The Place Beyond The Pines Derek Cianfrance

“I'm interested in telling stories about families,” Derek Cianfrance, the director of “The Place Beyond The Pines,” said this week during the Toronto International Film Festival, where his hotly anticipated drama finally premiered to much acclaim. Cianfrance stormed Sundance in 1998 with “Brother Tied,” a picture that was critically acclaimed at the festival, but then vanished afterwards. It wasn’t until twelve years later that he returned with his sophomore feature effort, “Blue Valentine,” a searing family drama about a marriage in irreparable decay, starring Ryan Gosling and Michelle Williams, which put him squarely back on the map.

“‘Brother Tied’ -- the first film I made that no one saw -- was about brothers,” he explained about his affinity for the familial subject. “ ‘Blue Valentine’ was about husbands and wives, and this, [‘Pines’] is about fathers and sons.”

Starring Ryan Gosling alongside Bradley Cooper, Ray Liotta, Dane Dehaan, Emory Cohen, Eva Mendes and many more, the sprawling, three-part ‘Pines’ is unconventional and epic. At two hours and twenty minutes long, the picture focuses on lineage, legacy and the sins that are passed down from generation to generation.

“Families are full of secrets,” Cianfrance said of the appeal of his subject matter. “Their stories are intimate places where you can really get to know people and get to see people with their masks off.” With a second child on the way, Cianfrance said the film was inspired about his own personal concerns and distresses about becoming a dad once more.

“It was born out of my own fears and anxiety about becoming a father again,” he admitted of his latest film. “I was reading a lot of Jack London in 2007 and I was thinking a lot about the calling down of my ancestors. In [Jack London’s] ‘Call of the Wild’ when the domesticated dog goes out at night and he cries in the middle of the night and he feels the pain and the hunger and the starvation from his ancestors...” he explained. "And it's the same call [in this story].”

Intense and wiry, resembling Ryan Gosling’s older brother with a little less hair up top, Cianfrance said he drew from the legacy in his own family and the sometimes often unproductive “fire” that was inside his grandfather, father and himself.

“The fire that I feel inside of me that helps me do things, like make movies, but it also destroys things in my life,” he said. “I was thinking about how far back that goes and about my unborn child and how he was going to come into this world clean and I just didn't want him to have that fire." You can read the rest of our conversation below. “A Place Beyond The Pines” comes out TBD in 2013 via Focus Features [beware some hints towards spoilers in the film on the second page].

So with ‘Pines’ was it a conscious decision to do something on a bigger scale than Blue Valentine”?
Yeah absolutely. At the same time there's things that are similar between this and “Blue Valentine.” “Blue Valentine” was one moment kind of under a microscope whereas this is a film about legacy, it's a film that just has a larger canvas but you know it's equally as personal of a film as “Blue Valentine” was. I wanted to make a film about legacy in that way. About the passing on of the torch through family.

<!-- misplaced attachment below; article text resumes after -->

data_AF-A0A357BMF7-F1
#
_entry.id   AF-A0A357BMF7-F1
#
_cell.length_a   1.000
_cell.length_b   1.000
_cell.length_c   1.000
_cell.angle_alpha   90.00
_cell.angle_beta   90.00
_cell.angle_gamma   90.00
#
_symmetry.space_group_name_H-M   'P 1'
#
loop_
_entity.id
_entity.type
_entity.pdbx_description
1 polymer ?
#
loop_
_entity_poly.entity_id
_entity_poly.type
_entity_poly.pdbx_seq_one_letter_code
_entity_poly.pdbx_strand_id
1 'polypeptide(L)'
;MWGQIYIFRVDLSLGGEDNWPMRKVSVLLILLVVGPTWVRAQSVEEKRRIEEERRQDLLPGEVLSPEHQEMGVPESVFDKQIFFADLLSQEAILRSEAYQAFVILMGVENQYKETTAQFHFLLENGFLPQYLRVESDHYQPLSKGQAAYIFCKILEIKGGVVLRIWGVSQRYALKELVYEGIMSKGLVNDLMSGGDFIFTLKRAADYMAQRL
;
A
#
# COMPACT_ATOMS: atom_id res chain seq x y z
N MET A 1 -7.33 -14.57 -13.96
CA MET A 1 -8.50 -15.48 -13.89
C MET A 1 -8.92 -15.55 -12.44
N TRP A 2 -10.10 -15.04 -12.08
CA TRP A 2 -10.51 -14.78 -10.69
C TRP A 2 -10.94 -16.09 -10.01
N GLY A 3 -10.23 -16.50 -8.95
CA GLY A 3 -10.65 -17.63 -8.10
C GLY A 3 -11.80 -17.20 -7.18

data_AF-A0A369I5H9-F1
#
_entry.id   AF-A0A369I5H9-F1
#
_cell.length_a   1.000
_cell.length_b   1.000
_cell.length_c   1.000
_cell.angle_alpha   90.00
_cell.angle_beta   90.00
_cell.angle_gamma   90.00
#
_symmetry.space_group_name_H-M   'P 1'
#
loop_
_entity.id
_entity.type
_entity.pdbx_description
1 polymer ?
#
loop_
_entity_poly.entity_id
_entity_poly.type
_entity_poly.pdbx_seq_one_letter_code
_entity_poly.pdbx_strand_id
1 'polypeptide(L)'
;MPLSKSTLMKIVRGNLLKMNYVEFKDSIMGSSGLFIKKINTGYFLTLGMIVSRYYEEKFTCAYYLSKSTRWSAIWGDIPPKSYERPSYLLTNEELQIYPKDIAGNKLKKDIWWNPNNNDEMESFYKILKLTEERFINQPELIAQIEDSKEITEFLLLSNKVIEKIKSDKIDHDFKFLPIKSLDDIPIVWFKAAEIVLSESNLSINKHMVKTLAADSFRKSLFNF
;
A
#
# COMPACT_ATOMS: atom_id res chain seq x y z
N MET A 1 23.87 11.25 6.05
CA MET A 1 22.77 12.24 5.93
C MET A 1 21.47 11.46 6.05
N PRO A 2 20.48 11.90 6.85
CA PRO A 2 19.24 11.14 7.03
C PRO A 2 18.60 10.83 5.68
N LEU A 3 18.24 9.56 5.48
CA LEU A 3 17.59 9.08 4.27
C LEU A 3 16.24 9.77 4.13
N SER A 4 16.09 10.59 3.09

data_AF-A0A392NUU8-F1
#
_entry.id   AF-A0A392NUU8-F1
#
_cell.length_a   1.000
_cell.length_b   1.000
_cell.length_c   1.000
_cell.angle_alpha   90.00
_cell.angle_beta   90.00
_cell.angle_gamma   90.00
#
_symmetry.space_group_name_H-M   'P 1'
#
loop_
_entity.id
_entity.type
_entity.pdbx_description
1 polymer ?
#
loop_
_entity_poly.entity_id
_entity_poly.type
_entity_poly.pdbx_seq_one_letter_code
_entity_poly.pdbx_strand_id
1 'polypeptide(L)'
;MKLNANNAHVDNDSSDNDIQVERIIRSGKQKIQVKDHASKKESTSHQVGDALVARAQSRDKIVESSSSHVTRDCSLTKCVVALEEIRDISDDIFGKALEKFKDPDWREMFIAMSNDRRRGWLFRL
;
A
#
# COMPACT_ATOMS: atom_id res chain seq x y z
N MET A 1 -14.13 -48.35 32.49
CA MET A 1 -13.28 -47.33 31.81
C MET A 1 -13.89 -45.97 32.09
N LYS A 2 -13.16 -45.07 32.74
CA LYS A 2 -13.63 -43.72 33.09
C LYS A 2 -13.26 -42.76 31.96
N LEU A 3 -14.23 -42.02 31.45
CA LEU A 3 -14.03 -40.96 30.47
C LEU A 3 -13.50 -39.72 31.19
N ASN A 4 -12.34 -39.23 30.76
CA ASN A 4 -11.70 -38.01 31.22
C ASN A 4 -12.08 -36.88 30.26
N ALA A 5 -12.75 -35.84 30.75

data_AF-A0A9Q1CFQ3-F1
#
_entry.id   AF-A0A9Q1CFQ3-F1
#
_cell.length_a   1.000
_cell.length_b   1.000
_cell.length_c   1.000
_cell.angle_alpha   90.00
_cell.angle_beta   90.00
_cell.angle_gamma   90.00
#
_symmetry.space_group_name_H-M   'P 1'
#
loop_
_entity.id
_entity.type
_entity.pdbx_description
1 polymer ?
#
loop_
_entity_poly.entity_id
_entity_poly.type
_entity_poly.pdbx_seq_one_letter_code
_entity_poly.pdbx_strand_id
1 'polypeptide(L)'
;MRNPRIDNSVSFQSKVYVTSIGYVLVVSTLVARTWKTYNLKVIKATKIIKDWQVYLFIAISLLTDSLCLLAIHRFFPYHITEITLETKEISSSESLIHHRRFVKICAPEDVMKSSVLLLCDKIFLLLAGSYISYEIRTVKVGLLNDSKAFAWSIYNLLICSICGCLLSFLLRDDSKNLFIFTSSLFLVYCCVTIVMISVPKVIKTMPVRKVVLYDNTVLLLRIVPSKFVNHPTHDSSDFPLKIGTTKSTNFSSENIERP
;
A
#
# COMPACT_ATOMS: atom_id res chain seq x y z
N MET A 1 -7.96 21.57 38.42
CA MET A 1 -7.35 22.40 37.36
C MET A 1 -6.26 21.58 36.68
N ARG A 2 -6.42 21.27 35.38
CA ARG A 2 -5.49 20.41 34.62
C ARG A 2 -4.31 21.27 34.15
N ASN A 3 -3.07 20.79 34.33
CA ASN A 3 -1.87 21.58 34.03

It's a very expansive story. Can you talk about how you decided who to hone in on, because it could have kept on going.
Yeah, you could keep passing it on. We used to joke in the editing room when the old man sells him the motorcycle like, 'Let's start with the old man now.' But that triptych idea came twenty years ago and I was in film school and I saw [Abel Gance's] “Napoleon.” I was just like ‘I've got to make a triptych one day’ and I had all of these ideas.

I went to a very formalist film school and studied under Stan Brakhage and Phil Solomon so I had this idea of making a triptych for twenty years, I just didn't know what to do, what to tell. And then in film school also I saw "Psycho," which I had only seen the shower scene when I was 19 years old, but I had no idea that you spent forty five minutes with [Janet Leigh] before she went in that shower. I just had that experience watching "Psycho" of what Hitchcock must have wanted me to have and it just blew my mind.

Then I had this deep feeling of needing to tell something about legacy in my own life and it just found its way into this movie.

There’s also the legacy of violence in the film.
In terms of what happens in the movie, in terms of also dealing with feelings of gun violence, movies and actually dealing with reverberations of death, the aftermath of that -- to deal with death in a real way, in a linear way. There's some detractors of the script. Five years ago I remember them saying, 'Have you seen 'Babel'? What did you think about intercutting this?' I loved “Babel,” you know, and I love it. But I've also seen it and this is a story about lineage and I think it needs to be linear and...having an experience in a movie theater where you actually experience that [twist] or whatever. I actually don't think it ruins the movie to know about it, you know?